What is a transfer?
Last week we discussed accessing the school environment. This week is all about transfers!
What is a transfer? In the realm of physical therapy, a transfer is the movement of an individual from one place or surface to another. For instance, think of when you stand up from a chair. In this example, you are moving from a seated position from the seat of the chair to a standing position with feet planted firmly on the ground. This particular example is known as a sit to stand transfer. While this may seem like such a simple task, for individuals with physical disabilities performing transfers can be very challenging.
Generally, the overall goal with transfers is to improve an individual’s overall function and increase their independence with the skill. We must also consider safety and what level of assistance the individual needs in order to perform the skill. Some individuals require the total assistance of another person to transfer from one surface to another or one area/place to another; this means that 100% of the effort to perform this is being done by the person assisting. Other individuals may require less assistance such as maximal assistance, moderate assistance, minimal assistance, contact guard assistance, or stand by assistance.
So what do these levels of assistance even mean? (Also side note these levels of assistance can be used to grade more than just transfers; they can be used to grade the level of assistance an individual needs for any gross motor skill (i.e. walking, climbing, balancing on one leg, crawling, etc.).
- Maximal assistance means that the individual requires assistance with 75% of the gross motor skill and is able to perform 25% of the task on their own.
- Moderate assistance means that the individual requires assistance with 50% of the gross motor skill and is able to perform 50% of the task on their own.
- Minimal assistance means that the individual requires assistance with 25% of the gross motor skill and is able to perform 75% of the task on their own.
- Contact guard assistance means that the individual is able to perform 100% of the gross motor skill on their own but requires 1-2 hands lightly placed on them for safety as they may struggle with balance or be a fall risk.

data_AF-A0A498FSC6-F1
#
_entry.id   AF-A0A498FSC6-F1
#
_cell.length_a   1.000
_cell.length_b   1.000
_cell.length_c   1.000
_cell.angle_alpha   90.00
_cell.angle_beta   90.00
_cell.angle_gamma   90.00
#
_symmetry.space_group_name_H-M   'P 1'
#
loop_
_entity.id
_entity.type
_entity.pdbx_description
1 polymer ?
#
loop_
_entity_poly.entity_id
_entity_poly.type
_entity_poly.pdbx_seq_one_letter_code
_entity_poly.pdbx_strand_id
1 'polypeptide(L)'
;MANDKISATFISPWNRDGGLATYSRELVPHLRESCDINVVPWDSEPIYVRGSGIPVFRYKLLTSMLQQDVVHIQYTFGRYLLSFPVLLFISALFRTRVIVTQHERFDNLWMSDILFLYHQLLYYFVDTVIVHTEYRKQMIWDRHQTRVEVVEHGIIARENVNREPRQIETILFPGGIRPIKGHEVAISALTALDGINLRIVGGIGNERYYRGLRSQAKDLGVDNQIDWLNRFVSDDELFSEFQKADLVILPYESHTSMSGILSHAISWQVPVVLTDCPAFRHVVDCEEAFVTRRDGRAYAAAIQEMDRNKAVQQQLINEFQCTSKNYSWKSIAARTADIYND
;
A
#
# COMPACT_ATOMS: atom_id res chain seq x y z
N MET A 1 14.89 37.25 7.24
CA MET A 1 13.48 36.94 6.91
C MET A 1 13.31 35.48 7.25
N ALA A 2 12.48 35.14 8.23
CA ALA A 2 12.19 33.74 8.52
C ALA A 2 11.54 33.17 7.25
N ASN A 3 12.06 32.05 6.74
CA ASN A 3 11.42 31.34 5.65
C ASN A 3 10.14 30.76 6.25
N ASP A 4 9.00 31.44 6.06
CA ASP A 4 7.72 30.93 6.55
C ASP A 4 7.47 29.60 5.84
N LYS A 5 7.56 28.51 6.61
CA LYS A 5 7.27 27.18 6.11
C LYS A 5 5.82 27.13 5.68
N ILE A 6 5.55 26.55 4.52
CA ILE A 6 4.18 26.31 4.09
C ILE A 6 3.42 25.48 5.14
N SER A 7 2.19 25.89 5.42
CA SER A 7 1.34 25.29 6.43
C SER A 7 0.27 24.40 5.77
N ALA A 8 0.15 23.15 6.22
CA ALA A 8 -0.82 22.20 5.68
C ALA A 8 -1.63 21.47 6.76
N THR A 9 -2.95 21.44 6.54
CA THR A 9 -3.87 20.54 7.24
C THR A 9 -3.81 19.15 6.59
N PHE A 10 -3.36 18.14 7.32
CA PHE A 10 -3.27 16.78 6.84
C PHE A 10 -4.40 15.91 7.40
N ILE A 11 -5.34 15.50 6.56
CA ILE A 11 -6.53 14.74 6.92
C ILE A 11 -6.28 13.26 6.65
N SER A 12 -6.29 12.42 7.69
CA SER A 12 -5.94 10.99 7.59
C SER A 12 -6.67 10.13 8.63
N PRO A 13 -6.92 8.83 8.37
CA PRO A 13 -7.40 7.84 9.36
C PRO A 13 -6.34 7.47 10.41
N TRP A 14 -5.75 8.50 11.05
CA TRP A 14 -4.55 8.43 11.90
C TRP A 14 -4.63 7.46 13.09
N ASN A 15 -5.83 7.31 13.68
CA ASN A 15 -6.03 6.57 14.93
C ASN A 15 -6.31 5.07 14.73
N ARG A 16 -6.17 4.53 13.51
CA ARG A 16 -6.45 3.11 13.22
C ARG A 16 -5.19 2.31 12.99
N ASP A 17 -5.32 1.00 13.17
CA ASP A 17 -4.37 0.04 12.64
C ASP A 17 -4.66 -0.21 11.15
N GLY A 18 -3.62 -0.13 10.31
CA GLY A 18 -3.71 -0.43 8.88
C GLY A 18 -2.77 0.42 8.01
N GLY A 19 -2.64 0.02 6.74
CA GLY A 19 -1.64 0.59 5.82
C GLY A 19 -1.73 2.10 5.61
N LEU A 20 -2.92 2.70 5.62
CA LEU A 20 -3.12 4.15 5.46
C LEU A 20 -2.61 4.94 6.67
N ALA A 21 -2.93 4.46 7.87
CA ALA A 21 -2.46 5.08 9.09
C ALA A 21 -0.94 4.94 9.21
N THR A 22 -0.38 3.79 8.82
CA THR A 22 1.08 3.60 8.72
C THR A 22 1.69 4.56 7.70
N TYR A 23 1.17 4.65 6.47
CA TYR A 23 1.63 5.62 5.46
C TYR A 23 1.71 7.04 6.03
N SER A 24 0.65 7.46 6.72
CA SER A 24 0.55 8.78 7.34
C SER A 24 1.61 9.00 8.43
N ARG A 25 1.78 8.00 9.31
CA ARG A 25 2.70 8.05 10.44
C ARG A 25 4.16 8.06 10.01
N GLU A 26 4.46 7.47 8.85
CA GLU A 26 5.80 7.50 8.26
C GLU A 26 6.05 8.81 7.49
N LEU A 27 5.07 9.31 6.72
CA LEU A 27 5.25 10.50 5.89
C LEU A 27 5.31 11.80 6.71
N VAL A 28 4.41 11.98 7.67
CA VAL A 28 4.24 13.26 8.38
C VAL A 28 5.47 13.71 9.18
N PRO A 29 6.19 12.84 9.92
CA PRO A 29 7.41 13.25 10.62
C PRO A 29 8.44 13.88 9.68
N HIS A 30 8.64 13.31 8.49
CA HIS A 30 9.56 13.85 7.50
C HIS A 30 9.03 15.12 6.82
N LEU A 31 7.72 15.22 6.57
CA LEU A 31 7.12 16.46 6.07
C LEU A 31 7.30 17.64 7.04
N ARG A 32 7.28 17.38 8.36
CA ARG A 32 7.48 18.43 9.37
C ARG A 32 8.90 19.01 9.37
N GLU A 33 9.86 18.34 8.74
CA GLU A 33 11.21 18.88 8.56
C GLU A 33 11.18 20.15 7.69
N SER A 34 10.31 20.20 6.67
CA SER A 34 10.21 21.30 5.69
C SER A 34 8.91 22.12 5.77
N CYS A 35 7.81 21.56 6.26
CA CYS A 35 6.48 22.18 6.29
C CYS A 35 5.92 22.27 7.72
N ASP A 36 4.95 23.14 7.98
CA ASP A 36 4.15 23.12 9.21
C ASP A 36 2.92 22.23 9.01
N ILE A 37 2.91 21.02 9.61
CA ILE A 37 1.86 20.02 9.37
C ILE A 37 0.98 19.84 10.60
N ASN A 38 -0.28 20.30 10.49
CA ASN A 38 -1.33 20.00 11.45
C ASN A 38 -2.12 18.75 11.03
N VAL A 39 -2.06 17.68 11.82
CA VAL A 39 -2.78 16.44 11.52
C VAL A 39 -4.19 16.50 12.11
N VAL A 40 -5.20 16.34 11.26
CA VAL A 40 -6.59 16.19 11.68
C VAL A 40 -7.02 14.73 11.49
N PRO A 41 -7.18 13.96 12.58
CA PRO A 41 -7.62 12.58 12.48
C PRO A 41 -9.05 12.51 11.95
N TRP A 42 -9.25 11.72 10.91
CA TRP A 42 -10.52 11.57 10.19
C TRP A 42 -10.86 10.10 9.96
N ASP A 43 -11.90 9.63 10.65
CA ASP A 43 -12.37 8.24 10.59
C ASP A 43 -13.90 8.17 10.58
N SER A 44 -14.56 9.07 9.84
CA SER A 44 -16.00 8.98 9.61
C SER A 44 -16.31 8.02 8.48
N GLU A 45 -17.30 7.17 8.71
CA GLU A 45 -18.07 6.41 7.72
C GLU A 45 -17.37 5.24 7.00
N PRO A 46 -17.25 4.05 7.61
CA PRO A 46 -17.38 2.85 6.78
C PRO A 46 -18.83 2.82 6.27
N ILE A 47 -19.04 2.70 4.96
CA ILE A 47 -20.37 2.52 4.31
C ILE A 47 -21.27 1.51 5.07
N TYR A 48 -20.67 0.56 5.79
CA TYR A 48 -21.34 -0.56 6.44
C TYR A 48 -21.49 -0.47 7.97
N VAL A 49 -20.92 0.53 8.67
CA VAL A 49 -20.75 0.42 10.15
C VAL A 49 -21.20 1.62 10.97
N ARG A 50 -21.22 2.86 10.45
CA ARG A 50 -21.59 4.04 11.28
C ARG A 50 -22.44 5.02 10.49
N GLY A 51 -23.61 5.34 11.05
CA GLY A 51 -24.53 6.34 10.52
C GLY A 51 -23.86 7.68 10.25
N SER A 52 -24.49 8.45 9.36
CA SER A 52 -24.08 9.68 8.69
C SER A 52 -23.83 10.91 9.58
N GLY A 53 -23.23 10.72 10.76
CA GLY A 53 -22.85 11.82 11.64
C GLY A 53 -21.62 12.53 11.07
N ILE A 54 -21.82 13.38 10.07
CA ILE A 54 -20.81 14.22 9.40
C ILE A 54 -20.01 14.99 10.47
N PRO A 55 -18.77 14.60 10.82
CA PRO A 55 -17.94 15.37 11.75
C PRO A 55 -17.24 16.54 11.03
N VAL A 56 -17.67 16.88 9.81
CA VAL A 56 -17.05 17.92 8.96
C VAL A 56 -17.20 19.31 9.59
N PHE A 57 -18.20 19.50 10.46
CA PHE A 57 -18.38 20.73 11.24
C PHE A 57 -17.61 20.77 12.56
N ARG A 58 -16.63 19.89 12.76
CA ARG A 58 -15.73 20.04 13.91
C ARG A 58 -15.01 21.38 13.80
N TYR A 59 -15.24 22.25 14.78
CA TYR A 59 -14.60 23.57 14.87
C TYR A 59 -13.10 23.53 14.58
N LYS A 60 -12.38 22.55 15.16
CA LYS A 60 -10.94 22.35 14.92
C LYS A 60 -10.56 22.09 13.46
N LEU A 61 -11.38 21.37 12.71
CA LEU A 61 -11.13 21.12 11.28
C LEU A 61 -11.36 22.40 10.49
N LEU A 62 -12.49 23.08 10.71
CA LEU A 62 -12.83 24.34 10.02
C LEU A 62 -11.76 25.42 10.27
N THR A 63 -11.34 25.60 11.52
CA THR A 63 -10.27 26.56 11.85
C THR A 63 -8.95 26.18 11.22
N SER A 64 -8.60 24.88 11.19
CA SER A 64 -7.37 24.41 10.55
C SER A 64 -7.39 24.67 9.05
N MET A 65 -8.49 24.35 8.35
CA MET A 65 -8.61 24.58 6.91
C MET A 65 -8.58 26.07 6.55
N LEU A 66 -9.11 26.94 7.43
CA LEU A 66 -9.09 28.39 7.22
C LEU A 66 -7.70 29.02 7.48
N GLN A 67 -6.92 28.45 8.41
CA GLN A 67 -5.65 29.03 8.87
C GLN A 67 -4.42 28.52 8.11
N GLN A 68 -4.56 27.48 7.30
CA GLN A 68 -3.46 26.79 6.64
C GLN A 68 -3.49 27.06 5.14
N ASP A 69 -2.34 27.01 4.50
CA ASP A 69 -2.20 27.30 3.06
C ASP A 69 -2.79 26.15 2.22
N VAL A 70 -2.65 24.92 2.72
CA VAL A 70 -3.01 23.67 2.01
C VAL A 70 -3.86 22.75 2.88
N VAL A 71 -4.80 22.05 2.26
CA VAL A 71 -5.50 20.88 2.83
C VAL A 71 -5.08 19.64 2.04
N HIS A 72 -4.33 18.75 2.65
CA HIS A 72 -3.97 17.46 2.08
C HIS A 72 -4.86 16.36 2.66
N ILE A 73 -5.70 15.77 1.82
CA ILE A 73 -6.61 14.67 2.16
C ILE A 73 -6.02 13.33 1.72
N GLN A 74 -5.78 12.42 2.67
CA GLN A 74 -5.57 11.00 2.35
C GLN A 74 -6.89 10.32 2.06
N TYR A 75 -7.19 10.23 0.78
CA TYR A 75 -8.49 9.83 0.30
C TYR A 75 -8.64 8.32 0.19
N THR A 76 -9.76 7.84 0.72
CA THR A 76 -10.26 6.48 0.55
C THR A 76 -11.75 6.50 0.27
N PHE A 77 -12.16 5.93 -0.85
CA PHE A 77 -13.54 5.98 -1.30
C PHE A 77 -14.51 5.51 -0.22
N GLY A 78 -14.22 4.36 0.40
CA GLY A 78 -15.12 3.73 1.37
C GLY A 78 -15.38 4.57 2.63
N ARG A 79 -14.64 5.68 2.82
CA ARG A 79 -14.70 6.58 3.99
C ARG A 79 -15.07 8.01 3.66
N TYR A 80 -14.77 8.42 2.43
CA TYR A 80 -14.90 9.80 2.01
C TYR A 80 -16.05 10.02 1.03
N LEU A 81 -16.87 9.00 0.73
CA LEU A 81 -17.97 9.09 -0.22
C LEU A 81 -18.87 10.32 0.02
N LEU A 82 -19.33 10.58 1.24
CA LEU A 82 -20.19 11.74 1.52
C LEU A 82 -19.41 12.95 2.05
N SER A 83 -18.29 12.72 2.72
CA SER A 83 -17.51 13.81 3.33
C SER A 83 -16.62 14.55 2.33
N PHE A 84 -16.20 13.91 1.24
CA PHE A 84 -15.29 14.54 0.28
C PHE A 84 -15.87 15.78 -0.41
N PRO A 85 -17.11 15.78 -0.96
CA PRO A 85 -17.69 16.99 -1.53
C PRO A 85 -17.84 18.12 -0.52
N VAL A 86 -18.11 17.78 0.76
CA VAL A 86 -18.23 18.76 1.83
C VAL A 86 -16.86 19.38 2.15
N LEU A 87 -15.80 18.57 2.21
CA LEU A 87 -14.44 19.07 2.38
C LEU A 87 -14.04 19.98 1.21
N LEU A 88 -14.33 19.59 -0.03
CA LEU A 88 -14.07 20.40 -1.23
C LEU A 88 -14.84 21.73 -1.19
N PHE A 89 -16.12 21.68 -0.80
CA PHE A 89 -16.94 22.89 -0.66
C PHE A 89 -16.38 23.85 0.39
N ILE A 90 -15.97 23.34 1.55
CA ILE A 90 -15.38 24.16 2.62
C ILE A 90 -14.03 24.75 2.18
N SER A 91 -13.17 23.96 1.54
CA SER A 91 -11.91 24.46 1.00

- Stand by assistance means that the individual requires no physical assistance to perform the gross motor skill but may require verbal cueing, coaxing, or set-up to complete the gross motor skill. With stand by assistance the person assisting also is within close proximity to the individual performing the skill.
There are also pieces of equipment which can be utilized to assist an individual with their transfers known as a sliding board/transfer board, a ceiling lift, and a Hoyer lift. Sliding boards or transfer boards are typically utilized for individuals with good upper body strength & sitting balance who need to transfer between two surfaces adjacent to each other. A ceiling lift or a Hoyer lift are typically utilized for individuals who need more physical assistance or transferring them manually (by another human being) is unsafe for them or the person assisting. Ceiling lifts or Hoyer lifts are operated by the person who is assisting in the transfer.
What do transfers look like in the school system? Again, the overall goal of physical therapy in the school system is to increase students’ access to their educational environment and to improve their ability to participate with a greater level of independence in their school environment. Thus, depending on the physical impairments of the student transfers could look very different. For instance, a child in a wheelchair who is continent (has the awareness of their bowel & bladder functions and has the ability to control these functions) will need to transfer to & from the toilet. A child who is in a wheelchair but is incontinent (does not have the awareness of their bowel & bladder functions nor has the capability to control these functions) will need to transfer to/from a changing table. For instance, a younger child who participates in circle time or a child who falls a lot will need to be able to stand up from the floor; a skill known as a floor to stand transfer. A child who utilizes a wheelchair for mobility may also have the capability to sit in a regular desk chair and needs to be able to transfer back & forth from their desk chair to/from their wheelchair. The list for transfers goes on & on!
Who can assist a child with their transfers in the school environment? A physical therapist, an occupational therapist, a speech therapist, a teacher, a teacher’s assistance, a school nurse, a one on one aid, etc. However, it is the responsibility of the physical therapist that these other disciplines and staff members are given formal training in how to do so safely & effectively whether performing a manual transfer or utilizing the transfer equipment.
Ultimately, transfers enable us to change position, change surfaces/areas, and access & explore our environment. They are an extremely important component of our gross motor repertoire and should be considered when addressing the needs of children, especially those with physical & mental disabilities, in the school environment.
Catherine C. Skelton, PT, DPT
Pediatric Physical Therapist